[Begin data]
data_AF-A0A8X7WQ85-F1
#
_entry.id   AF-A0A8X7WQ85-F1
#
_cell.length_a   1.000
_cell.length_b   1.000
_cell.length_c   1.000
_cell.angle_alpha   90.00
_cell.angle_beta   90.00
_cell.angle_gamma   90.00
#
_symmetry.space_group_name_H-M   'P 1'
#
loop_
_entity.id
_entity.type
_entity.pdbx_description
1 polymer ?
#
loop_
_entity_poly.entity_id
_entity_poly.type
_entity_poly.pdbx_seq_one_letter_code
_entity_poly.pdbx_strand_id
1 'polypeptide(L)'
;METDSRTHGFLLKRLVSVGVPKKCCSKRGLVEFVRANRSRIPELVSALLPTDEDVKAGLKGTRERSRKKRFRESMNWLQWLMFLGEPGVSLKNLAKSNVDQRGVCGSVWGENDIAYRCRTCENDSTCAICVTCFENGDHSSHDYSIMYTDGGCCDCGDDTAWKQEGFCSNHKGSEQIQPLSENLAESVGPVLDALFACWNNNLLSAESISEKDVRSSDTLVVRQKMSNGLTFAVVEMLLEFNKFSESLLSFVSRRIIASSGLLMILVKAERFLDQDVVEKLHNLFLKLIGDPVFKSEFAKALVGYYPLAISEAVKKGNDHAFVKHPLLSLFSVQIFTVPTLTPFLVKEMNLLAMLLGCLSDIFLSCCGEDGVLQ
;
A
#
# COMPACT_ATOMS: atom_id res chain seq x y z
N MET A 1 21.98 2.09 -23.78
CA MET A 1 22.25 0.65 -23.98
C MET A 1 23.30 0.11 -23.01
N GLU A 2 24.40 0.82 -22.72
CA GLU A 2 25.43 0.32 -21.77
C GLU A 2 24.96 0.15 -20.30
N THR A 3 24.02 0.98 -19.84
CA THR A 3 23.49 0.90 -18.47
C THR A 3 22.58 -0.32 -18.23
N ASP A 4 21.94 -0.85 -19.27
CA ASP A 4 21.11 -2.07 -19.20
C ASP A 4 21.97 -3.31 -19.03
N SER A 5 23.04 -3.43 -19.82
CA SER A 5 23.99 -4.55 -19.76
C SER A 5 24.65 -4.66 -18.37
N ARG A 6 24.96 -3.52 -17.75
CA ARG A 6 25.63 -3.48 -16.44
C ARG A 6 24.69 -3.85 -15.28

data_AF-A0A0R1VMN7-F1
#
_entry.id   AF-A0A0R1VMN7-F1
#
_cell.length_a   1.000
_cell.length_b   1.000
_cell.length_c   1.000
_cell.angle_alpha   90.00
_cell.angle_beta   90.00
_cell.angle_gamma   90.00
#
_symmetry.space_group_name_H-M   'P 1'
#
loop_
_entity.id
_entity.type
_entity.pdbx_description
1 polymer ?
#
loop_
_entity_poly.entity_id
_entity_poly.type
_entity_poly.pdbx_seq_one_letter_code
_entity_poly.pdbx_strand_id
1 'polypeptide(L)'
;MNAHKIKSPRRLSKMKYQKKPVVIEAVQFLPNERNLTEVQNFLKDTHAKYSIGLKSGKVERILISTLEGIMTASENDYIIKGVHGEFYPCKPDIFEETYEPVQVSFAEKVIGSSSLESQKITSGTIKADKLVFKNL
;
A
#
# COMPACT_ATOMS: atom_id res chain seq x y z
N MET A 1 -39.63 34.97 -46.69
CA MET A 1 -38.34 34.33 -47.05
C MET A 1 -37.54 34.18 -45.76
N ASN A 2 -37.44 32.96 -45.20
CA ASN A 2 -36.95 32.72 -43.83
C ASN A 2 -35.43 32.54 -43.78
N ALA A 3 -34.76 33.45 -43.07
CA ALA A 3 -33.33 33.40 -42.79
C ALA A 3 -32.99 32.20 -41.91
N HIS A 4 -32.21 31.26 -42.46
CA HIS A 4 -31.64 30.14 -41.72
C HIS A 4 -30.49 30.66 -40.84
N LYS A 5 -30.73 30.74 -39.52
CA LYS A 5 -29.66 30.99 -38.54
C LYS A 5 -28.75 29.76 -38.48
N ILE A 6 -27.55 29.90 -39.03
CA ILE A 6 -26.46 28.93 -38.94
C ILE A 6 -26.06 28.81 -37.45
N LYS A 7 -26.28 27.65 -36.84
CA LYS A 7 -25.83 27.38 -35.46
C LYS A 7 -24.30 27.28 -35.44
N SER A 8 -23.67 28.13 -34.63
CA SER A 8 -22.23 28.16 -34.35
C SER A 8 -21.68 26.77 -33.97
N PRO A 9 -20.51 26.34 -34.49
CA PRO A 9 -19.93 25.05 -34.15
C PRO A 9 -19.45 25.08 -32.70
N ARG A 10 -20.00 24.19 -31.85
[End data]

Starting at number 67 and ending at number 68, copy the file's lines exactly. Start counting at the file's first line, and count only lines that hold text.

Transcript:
#
loop_